WWC review of this study

Linked Learning San Bernardino (LLSB): Accelerating College and Career Readiness in Low-Performing Schools: An Investing in Innovation (i3) Development Grant Evaluation. Technical Report.

Arshan, N. L., & Bosetti, K. R. (2018). Menlo Park, CA: SRI International. https://www.sri.com/publication/linked-learning-san-bernardino-llsb-accelerating-college-and-career-readiness-in-low-performing-schools/.

  • Quasi-Experimental Design
     examining 
    1,385
     Students
    , grades
    10-12

Reviewed: December 2021

At least one finding shows moderate evidence of effectiveness
At least one statistically significant positive finding
Meets WWC standards with reservations
College Readiness outcomes—Statistically significant positive effect found for the domain
Outcome
measure
Comparison Period Sample Intervention
mean
Comparison
mean
Significant? Improvement
    index
Evidence
tier

Total A-G requirements completed in 10th-12th grade

Linked Learning vs. Business as usual

0 Days

Full sample;
639 students

9.81

8.25

Yes

 
 
7
 
Show Supplemental Findings

Completed All A-G Requirements

Linked Learning vs. Business as usual

0 Days

Full sample;
639 students

21.10

16.40

Yes

 
 
7
Progressing in secondary school or adult education outcomes—Statistically significant positive effect found for the domain
Outcome
measure
Comparison Period Sample Intervention
mean
Comparison
mean
Significant? Improvement
    index
Evidence
tier

Total Credits Earned (10th-12th Grade)

Linked Learning vs. Business as usual

0 Days

Full sample;
639 students

176.21

155.01

Yes

 
 
11
 


Evidence Tier rating based solely on this study. This intervention may achieve a higher tier when combined with the full body of evidence.

Characteristics of study sample as reported by study author.


  • 19% English language learners

  • Female: 50%
    Male: 50%
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    California
  • Ethnicity
    Hispanic    
    88%
    Not Hispanic or Latino    
    12%

Setting

The study took place in two high-poverty, low-achieving high schools in the San Bernardino City Unified School District (SBCUSD) in California: Arroyo Valley High School and San Bernardino High School.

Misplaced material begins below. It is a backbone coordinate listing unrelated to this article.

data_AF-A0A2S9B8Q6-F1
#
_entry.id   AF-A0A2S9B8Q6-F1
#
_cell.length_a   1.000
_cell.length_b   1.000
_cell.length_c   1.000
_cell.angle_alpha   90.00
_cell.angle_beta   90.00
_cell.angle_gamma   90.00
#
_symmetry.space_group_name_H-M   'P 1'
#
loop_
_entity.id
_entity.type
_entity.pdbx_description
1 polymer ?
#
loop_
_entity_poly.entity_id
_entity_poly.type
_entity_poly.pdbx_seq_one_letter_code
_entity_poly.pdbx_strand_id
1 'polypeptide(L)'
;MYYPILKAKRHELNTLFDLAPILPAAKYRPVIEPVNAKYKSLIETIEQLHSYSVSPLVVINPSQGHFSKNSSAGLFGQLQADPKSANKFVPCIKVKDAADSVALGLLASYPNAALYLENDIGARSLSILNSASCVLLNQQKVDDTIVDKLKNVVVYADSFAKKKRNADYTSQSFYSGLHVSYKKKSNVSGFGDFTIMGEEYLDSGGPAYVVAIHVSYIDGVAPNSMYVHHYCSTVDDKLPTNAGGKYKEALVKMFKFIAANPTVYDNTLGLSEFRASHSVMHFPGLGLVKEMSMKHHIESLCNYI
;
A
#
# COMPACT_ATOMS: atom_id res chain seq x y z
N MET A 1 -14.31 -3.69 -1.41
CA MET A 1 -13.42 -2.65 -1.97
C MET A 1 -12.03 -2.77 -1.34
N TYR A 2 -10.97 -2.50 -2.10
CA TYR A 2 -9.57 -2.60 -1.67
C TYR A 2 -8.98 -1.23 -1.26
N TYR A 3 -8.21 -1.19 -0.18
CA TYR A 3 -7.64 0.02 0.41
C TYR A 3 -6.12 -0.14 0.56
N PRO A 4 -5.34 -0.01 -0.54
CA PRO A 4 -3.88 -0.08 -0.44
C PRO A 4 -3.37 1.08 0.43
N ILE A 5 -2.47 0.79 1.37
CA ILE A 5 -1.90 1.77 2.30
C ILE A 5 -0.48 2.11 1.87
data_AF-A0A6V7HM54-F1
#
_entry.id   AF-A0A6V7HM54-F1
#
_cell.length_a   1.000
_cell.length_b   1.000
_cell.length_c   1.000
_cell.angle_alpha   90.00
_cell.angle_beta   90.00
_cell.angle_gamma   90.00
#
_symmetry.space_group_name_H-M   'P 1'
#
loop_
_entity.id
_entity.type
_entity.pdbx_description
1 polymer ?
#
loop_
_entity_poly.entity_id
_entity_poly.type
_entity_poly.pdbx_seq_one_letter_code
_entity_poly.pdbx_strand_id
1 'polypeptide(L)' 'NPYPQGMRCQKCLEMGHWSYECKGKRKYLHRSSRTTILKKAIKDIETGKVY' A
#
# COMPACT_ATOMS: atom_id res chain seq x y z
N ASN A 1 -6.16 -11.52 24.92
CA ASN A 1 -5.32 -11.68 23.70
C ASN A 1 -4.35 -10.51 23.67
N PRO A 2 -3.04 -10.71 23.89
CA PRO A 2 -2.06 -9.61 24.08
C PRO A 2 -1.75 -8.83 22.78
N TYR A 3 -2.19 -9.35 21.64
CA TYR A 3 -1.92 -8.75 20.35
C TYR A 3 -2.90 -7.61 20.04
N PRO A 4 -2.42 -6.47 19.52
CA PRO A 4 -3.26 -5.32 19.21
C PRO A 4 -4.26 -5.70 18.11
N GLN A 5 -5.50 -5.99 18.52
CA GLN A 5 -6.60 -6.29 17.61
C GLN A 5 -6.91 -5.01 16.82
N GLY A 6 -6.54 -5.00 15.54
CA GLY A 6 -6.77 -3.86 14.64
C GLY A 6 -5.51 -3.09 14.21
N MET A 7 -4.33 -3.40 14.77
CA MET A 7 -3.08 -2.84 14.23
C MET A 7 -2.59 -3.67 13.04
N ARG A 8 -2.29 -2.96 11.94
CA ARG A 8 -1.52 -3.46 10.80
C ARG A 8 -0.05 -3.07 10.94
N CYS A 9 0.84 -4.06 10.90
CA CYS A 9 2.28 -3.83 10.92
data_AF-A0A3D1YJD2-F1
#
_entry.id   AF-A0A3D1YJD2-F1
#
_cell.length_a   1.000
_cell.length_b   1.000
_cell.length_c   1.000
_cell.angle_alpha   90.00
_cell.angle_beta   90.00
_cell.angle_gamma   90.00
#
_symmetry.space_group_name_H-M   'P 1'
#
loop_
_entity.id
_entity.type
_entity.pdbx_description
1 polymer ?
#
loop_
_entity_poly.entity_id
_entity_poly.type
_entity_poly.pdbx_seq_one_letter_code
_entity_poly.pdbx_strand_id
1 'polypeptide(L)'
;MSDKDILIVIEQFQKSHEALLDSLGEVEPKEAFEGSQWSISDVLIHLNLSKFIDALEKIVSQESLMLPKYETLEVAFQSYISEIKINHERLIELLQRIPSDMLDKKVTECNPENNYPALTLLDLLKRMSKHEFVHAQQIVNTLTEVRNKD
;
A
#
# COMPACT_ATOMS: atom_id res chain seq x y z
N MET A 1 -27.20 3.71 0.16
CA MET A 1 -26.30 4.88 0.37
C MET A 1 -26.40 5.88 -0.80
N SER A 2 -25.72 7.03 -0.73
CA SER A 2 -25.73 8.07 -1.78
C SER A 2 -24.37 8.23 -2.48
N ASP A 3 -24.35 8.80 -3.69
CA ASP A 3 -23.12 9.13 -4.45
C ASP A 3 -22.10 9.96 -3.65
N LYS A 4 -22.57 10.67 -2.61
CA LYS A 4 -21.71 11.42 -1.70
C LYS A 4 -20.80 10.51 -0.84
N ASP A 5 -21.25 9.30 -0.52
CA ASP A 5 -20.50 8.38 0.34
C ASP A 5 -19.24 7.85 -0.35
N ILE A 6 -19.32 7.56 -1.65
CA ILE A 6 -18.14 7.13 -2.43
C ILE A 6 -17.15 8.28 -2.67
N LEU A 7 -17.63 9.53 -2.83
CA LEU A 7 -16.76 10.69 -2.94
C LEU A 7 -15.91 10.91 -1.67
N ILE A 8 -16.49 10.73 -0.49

Study sample

In the analytic sample for the confirmatory contrasts (n=639), 19.1% were English Language Learners, 50.2% were female, 87.9% identified as Latina/o. Almost all students received free or reduced-price lunch (96.7%).

Intervention Group

ConnectEd, The California Center for College and Career, supported San Bernardino City Unified School District to develop a system of Linked Learning career-themed academies both by supporting the creation of new pathways and the further development of existing California Partnership Academies. Linked Learning career-themed academies combined college-focused academics, rigorous technical education, work-based learning, and personalized student supports in small cohorts in grades 9–12. To support the development of these academies, ConnectEd provided San Bernardino with a system of supports at various levels within the district and schools including coaching and professional development for the district leadership team, the district Linked Learning Director, school administrators, school-based coaches, and academy teachers. ConnectEd also supported the district to make changes to support the academies, including clear messaging and vision, staffing (e.g., a district Linked Learning coordinator, consistent staffing within academies), and development of school master calendars that support consistent student enrollment in academy classes.

Comparison Group

Students in the comparison condition chose to participate in the traditional academic programs at their school in 2014-15, when they were in 10th grade. Comparison students could choose to transfer into a CPA in 11th or 12th grade.

Support for implementation

The California Center for College and Career Readiness (Connected) partnered with the study schools to develop and implement their CPAs between the 2014-15 and 2016-17 school years. Implementation supports included professional development events (in-person trainings or workshops, online learning opportunities, and individual and group coaching), as well as development of systems and policies (e.g., school choice and transportation policies, leadership capacity) that allow for Linked Learning pathways to be successfully implemented.

 

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